Numbers


Numbers. We see them everywhere. For me, it’s a bit different. Numbers are exhausting. Numbers consume me. Numbers are a big part of my life. What do I mean? Allow me to explain…


11, the age at which I was diagnosed with OCD.


60, the number of milligrams of Prozac to which I am currently on.


80, the number I’m actually supposed to be on.


12, the age I first contemplated suicide.


2.5, the number of hours it would take me to shower.


7, the number of times I had to wash each body part. Left side. Left arm, chest, right arm, left back, middle back, right back, left leg, right leg, left foot, right foot, pelvis, and vagina, then my backside, then vagina again. Each area, 7 times. So much washing, I actually burned the skin around my neck and armpit. It was as if I had an extreme sunburn in these areas for weeks to months. Once it would start healing, I wouldn’t be able to turn my head. If I were to, the skin on my neck would crack and open (yes, you could actually hear the tearing). I wore turtlenecks in high school. You would think it would be to cover up hickeys. Nope. I used them to cover up the burns. Sometimes you see dandruff on people’s shoulders, mine looked like dandruff, only it was skin falling off from my neck. I would wash my vagina so much that I discolored the skin and have to now undergo reconstructive surgery to get the lips back to normal due to stretching them to make sure every inch was washed.


5, the number of shampoo applications I had to apply to my head: top front of head, left side, right side, middle, bottom of scalp.


12, the number of ounces I wasted with one shower.


32, the ounces of body wash I used in that one shower. Both equal to a full bottle of shampoo and body wash for the 2.5 hours in the shower. I usually need to have a large glass of ice-cold water outside of the shower so I don’t dehydrate and pass out while I’m in there.


9, the total number of therapists or specialists I’ve seen to this day.


14, the age I tried to hang myself.


2, the time I would set my alarm to in the middle of the night to clean my room for 2 hours.


13, the number of taps I do on the washer while reciting “I put soap, in the washer.”


3, the number of times I bite my tongue when I see something bad while driving.

Then there are the walls.


3, 5, 7, the number of wall panels I count. They have to be odd numbers.


5, the number of strokes I brush my hair after a shower. I start at the top, then the right, then the bottom right, then the left, then the bottom left.


21, the amount of deodorant I would apply in each armpit in middle school.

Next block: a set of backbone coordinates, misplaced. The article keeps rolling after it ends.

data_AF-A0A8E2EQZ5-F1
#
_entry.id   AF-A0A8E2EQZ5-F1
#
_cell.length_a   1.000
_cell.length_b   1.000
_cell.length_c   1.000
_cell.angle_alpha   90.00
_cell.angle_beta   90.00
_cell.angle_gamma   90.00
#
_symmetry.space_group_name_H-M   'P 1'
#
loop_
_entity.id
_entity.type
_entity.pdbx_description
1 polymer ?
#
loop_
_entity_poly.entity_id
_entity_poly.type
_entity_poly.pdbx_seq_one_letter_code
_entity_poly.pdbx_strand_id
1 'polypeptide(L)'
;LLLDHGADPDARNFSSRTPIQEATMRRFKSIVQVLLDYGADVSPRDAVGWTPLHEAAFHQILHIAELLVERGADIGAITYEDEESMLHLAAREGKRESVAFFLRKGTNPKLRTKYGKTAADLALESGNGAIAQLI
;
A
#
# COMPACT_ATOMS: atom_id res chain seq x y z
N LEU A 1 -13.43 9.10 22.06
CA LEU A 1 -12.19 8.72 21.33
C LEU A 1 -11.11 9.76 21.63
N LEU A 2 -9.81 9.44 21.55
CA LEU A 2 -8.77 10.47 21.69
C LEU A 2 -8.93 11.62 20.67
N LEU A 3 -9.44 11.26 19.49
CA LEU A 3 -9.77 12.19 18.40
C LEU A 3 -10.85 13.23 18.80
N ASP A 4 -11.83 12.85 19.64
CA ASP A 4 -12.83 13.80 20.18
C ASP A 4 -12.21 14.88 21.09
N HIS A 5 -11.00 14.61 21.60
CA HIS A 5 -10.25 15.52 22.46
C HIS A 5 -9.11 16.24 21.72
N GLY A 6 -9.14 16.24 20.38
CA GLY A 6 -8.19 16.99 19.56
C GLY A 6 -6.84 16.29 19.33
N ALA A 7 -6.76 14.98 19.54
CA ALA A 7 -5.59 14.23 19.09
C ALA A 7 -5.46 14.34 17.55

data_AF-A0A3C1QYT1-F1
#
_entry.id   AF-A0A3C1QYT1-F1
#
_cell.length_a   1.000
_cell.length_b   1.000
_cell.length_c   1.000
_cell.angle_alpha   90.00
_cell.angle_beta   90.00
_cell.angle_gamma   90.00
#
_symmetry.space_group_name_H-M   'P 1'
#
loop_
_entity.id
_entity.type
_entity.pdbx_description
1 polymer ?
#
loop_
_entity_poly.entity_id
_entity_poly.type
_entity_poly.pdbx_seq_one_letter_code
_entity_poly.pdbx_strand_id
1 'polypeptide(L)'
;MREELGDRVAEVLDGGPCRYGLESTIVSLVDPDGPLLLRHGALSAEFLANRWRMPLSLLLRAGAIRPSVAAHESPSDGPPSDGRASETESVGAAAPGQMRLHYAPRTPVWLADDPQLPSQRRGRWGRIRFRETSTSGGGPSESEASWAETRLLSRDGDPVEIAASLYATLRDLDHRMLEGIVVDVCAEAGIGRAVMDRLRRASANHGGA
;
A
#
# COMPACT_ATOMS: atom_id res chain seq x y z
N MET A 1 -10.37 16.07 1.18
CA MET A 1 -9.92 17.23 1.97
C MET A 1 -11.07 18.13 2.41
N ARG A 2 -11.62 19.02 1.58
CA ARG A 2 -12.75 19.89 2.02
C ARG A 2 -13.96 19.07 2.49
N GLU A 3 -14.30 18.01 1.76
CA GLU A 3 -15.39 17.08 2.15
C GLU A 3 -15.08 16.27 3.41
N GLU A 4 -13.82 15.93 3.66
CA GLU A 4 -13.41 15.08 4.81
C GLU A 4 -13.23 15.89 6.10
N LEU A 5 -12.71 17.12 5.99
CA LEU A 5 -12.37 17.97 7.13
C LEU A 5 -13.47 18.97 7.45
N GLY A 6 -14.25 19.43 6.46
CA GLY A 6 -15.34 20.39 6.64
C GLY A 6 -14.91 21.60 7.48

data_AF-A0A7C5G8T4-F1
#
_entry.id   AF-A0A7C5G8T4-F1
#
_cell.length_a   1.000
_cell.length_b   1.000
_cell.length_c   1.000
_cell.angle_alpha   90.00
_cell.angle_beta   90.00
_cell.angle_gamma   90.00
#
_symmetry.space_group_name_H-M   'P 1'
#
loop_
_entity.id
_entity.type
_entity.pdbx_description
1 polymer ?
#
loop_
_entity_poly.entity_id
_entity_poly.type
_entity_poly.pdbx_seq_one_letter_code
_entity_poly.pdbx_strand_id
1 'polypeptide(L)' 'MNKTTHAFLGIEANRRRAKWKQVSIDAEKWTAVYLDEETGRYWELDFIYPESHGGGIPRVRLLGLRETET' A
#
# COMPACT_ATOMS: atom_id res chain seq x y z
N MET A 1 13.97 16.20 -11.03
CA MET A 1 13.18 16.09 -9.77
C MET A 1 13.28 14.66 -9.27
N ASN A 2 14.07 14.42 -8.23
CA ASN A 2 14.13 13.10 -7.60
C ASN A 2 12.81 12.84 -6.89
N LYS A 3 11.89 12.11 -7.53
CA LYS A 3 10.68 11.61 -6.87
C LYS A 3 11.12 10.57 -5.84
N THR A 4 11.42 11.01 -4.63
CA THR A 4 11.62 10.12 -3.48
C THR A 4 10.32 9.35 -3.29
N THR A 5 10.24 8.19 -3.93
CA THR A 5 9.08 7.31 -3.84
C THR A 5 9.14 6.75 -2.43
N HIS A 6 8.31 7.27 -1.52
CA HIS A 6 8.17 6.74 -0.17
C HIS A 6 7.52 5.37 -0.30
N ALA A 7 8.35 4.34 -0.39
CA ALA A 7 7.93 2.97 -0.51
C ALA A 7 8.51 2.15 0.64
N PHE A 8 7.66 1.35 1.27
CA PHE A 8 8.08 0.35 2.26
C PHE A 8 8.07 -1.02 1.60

8, the amount of deodorant I apply now as an adult.


6, the number of towels I put in my washer.


4, the number of paper towels I use at work to dry my hands. It has to be 4 or something bad will happen.


3, the number of bubbles I blow with my lips to release contaminated air that may cause cancer.


Steps, I count my steps. I count how many steps it takes me to get to a place. I choose a number and must reach a place before I get to that number, Sometimes you’ll see me making big strides. As long as I stay below that number.


Digital clocks. I somehow have to get all the numbers to equal 10. 12:34 is the time I like best. It’s the simplest.


4, the number of hours it took me to write one single page of notes in college. Perfection. It needs to be perfect. What do, you ask? Everything.


84, more or less the number of times I wash my hand per day. My hands bleed. They’re cut, and they are wrinkled due to all of the washing.


21, the number of times I cut myself with scissors. I sliced my forearm. I sliced repeatedly but felt nothing. Completely numb.


4-5, the number of hours I would nap after school. I needed some sort of peace. Sleep gave me the peace I needed. That is until OCD made its way into my dreams.


There are so many more compulsions I do with numbers, but off the top of my head, these are the ones that come to mind. There is one last number, one I look forward to. I don’t know that number yet though. My doctor told me I have to deal with this and be on meds for the rest of my life. So whenever that time comes, whatever age that number maybe, maybe I’ll finally have some peace.

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